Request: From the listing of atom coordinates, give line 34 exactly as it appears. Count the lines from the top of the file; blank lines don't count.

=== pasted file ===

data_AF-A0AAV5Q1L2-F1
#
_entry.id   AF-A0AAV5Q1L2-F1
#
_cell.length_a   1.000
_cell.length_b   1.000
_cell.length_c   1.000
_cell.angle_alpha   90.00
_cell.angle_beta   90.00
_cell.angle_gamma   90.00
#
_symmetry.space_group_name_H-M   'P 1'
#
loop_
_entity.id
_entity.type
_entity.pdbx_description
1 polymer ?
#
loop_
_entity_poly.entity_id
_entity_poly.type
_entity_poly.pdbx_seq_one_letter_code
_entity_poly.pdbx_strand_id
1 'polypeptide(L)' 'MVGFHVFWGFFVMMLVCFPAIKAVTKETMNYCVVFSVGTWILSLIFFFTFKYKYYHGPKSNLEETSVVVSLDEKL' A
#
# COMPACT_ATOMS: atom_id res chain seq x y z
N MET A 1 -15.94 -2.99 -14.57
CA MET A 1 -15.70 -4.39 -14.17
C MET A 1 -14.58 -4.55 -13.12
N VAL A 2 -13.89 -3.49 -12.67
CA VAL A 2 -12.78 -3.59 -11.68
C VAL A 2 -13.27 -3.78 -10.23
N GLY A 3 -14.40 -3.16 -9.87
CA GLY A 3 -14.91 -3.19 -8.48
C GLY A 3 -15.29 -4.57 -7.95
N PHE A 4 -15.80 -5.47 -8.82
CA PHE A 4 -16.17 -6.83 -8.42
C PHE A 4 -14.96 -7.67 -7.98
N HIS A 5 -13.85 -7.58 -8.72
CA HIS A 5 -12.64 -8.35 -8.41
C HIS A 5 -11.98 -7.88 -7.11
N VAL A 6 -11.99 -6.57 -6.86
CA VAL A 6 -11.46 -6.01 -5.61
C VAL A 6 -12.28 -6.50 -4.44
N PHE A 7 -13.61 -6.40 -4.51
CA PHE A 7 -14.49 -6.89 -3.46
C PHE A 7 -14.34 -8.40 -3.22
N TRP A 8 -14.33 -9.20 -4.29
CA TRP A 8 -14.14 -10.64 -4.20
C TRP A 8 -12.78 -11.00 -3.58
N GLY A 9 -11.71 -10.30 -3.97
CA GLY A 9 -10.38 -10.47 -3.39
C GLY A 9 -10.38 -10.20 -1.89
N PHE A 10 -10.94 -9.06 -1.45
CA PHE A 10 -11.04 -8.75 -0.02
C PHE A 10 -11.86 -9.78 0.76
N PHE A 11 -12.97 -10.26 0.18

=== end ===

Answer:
N GLY A 3 -14.40 -3.16 -9.87